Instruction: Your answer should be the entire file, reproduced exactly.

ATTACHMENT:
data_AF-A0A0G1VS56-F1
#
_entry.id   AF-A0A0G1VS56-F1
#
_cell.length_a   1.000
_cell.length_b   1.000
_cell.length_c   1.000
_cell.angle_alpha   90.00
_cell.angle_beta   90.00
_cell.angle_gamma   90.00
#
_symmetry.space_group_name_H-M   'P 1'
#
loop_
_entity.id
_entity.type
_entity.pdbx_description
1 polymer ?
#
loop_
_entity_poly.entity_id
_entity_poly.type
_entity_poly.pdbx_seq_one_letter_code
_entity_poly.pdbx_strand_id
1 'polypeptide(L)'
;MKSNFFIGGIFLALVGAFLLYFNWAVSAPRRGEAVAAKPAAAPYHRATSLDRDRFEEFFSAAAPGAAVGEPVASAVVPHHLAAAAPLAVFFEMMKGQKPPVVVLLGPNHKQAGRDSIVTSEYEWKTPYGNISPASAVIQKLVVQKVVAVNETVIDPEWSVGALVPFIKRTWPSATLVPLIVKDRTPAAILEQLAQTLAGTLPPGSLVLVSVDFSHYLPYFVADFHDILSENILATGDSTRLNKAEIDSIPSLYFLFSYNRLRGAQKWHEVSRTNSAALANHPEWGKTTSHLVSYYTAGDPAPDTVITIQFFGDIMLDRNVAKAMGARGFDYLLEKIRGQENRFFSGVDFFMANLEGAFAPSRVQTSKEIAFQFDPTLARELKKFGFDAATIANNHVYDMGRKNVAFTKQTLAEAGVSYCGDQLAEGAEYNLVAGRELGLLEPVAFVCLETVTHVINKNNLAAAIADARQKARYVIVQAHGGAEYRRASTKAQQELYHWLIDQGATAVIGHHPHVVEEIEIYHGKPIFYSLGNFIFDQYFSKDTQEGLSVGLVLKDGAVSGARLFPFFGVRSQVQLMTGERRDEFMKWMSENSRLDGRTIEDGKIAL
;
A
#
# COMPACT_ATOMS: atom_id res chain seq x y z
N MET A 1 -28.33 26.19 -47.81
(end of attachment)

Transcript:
data_AF-A0A0G1VS56-F1
#
_entry.id   AF-A0A0G1VS56-F1
#
_cell.length_a   1.000
_cell.length_b   1.000
_cell.length_c   1.000
_cell.angle_alpha   90.00
_cell.angle_beta   90.00
_cell.angle_gamma   90.00
#
_symmetry.space_group_name_H-M   'P 1'
#
loop_
_entity.id
_entity.type
_entity.pdbx_description
1 polymer ?
#
loop_
_entity_poly.entity_id
_entity_poly.type
_entity_poly.pdbx_seq_one_letter_code
_entity_poly.pdbx_strand_id
1 'polypeptide(L)'
;MKSNFFIGGIFLALVGAFLLYFNWAVSAPRRGEAVAAKPAAAPYHRATSLDRDRFEEFFSAAAPGAAVGEPVASAVVPHHLAAAAPLAVFFEMMKGQKPPVVVLLGPNHKQAGRDSIVTSEYEWKTPYGNISPASAVIQKLVVQKVVAVNETVIDPEWSVGALVPFIKRTWPSATLVPLIVKDRTPAAILEQLAQTLAGTLPPGSLVLVSVDFSHYLPYFVADFHDILSENILATGDSTRLNKAEIDSIPSLYFLFSYNRLRGAQKWHEVSRTNSAALANHPEWGKTTSHLVSYYTAGDPAPDTVITIQFFGDIMLDRNVAKAMGARGFDYLLEKIRGQENRFFSGVDFFMANLEGAFAPSRVQTSKEIAFQFDPTLARELKKFGFDAATIANNHVYDMGRKNVAFTKQTLAEAGVSYCGDQLAEGAEYNLVAGRELGLLEPVAFVCLETVTHVINKNNLAAAIADARQKARYVIVQAHGGAEYRRASTKAQQELYHWLIDQGATAVIGHHPHVVEEIEIYHGKPIFYSLGNFIFDQYFSKDTQEGLSVGLVLKDGAVSGARLFPFFGVRSQVQLMTGERRDEFMKWMSENSRLDGRTIEDGKIAL
;
A
#
# COMPACT_ATOMS: atom_id res chain seq x y z
N MET A 1 -28.33 26.19 -47.81